It depends on what else you want to put in the trust and what your personal situation is.
If you are uncertain about your financial future or marriage, or if you earn too much money that causes you to pay high taxes, it is better to put the property in the name of the trust.
This will depend also on whether the property is fully paid or whether there is a bond on the property. If there is a bond on the property, it can be difficult to transfer the property to the trust because the trust may not qualify for a bond based on the required affordability test.
Also, it depends on when you want to put the property in the trust. You are not allowed to sell the property 6 months prior to a sequestration, unless of course the trust pays you full value of the property and actually pays the money to you and the money is paid to the bank to settle the bond.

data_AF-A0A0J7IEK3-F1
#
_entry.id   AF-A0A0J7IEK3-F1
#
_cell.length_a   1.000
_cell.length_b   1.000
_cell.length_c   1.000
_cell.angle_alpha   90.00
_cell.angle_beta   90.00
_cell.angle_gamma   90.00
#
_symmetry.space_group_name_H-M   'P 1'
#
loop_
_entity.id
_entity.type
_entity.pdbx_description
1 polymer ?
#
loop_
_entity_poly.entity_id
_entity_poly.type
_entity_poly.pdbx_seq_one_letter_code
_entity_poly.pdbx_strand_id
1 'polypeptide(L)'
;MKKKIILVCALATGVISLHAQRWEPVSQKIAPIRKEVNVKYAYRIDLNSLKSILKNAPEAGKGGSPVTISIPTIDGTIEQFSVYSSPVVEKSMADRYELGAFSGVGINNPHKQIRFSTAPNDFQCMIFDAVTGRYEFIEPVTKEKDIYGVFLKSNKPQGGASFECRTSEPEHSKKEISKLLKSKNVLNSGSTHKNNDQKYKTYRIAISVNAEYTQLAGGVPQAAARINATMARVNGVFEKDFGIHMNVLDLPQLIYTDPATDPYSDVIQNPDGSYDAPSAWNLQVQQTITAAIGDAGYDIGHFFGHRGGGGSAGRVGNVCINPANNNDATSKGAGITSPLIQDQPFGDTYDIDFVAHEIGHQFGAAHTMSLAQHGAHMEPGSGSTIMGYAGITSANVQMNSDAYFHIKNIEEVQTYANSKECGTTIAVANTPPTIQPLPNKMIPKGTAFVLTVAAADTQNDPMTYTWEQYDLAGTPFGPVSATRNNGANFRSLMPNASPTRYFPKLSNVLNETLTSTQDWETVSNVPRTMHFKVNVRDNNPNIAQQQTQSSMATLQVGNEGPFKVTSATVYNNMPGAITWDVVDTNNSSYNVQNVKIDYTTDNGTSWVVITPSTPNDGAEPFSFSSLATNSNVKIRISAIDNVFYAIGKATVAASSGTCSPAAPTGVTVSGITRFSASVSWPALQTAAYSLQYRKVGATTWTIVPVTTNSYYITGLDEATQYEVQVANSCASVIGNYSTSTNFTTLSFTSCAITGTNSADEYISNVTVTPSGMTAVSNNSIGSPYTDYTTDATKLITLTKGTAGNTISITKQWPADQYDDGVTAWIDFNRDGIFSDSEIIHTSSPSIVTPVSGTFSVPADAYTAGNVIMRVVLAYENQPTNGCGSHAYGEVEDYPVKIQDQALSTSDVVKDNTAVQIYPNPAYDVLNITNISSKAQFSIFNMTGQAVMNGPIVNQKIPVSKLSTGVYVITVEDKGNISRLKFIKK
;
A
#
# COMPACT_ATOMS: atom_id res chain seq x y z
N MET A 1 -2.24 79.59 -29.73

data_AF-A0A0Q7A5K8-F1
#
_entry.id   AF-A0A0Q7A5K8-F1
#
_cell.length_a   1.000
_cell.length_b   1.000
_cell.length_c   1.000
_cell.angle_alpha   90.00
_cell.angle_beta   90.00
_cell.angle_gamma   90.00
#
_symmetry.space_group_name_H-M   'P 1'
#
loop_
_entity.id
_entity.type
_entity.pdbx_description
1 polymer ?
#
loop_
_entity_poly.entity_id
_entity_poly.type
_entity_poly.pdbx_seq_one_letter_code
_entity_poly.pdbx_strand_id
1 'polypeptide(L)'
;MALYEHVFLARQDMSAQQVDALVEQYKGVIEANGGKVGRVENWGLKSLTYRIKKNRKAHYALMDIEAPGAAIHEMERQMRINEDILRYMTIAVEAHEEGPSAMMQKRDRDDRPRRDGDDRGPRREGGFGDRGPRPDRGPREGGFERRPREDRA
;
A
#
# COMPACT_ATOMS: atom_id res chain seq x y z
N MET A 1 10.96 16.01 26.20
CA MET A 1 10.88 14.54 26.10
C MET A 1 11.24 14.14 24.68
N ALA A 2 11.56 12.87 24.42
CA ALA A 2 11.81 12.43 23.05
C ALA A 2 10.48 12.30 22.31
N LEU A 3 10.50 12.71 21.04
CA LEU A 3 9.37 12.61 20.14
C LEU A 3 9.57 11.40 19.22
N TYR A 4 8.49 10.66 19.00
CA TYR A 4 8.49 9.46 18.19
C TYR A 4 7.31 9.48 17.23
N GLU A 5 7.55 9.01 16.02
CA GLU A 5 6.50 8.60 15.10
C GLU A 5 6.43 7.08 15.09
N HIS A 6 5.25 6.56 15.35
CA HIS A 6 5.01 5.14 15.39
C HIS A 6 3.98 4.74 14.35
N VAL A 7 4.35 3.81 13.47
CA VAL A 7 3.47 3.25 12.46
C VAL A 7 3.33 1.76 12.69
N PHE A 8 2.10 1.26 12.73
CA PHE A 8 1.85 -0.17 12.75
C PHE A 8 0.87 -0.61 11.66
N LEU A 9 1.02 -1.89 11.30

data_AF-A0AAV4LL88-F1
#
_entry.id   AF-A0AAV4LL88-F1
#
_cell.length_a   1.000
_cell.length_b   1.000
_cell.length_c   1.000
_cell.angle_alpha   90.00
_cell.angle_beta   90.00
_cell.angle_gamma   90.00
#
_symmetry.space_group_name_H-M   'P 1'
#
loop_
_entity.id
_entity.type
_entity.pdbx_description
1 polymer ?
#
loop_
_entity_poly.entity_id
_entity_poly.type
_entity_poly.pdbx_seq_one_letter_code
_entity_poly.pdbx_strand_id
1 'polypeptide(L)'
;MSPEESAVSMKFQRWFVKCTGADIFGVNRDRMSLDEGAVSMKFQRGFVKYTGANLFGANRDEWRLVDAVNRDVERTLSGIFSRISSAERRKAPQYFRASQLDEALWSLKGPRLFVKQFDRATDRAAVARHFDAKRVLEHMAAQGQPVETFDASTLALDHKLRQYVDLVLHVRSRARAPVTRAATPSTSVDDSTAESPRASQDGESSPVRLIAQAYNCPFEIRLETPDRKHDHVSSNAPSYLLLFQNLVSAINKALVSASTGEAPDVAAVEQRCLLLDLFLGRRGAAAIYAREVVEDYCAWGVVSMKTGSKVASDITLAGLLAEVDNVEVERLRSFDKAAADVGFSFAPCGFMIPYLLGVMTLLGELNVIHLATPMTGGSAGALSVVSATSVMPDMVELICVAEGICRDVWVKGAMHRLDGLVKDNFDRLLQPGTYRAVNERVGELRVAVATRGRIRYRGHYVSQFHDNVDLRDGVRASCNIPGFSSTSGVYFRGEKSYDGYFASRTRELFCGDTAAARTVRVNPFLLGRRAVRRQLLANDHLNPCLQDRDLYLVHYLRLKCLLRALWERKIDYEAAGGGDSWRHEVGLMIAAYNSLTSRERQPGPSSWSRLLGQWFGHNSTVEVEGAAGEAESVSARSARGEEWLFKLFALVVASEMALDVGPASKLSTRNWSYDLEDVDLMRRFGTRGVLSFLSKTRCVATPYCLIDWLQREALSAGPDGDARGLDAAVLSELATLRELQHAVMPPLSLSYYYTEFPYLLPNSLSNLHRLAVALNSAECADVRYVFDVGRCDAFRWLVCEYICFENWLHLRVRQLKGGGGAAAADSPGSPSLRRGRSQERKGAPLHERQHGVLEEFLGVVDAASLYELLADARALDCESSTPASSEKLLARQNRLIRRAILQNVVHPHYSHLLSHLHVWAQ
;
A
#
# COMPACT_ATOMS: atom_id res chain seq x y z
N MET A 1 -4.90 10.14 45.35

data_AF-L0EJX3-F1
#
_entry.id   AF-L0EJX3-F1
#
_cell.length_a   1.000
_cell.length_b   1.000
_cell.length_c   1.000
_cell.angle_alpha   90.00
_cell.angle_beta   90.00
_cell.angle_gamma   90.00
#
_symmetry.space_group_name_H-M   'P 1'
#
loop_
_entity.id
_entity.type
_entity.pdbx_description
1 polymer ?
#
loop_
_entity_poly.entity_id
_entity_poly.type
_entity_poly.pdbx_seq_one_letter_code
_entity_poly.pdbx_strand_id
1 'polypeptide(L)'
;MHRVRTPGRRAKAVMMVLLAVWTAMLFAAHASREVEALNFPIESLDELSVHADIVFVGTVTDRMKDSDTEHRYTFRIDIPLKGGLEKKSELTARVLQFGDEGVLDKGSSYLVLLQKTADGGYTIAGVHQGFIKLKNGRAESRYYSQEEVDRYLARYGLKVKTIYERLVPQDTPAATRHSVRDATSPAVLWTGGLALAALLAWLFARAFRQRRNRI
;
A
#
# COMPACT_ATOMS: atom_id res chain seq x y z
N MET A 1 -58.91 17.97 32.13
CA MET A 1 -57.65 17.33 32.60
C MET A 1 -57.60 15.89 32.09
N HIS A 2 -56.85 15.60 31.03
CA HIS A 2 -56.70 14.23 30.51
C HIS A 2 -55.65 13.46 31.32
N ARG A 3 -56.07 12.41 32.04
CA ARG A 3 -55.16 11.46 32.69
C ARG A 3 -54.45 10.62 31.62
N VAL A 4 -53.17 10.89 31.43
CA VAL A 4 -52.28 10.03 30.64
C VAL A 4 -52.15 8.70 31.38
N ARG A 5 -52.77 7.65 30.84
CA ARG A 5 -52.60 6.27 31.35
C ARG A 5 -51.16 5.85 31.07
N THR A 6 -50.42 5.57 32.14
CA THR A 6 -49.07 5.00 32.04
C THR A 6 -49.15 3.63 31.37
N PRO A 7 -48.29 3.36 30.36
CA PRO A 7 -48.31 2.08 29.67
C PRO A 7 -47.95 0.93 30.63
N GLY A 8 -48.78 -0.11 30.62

One should only put a property with a bond in a Trust if the Trust owns no other assets, because if the Trust cannot pay the bond, the Trust will have the same problem as an individual that cannot pay its debt. This means that the bank will also repossess the property if the bond is in arrears. If the Trust then also owns other assets, the Trust will lose it. So if one wants to buy a property subject to a bond in the name of a Trust, that property should be the only asset that the Trust holds until the bond is paid in full.
A Trust is only a beneficial tool to use if the Trust has no debt. It is of no use to want to protect your assets by putting it in a Trust, but then incur debt in the Trust. If the Trust cannot pay its debt, the Trust will lose all its assets.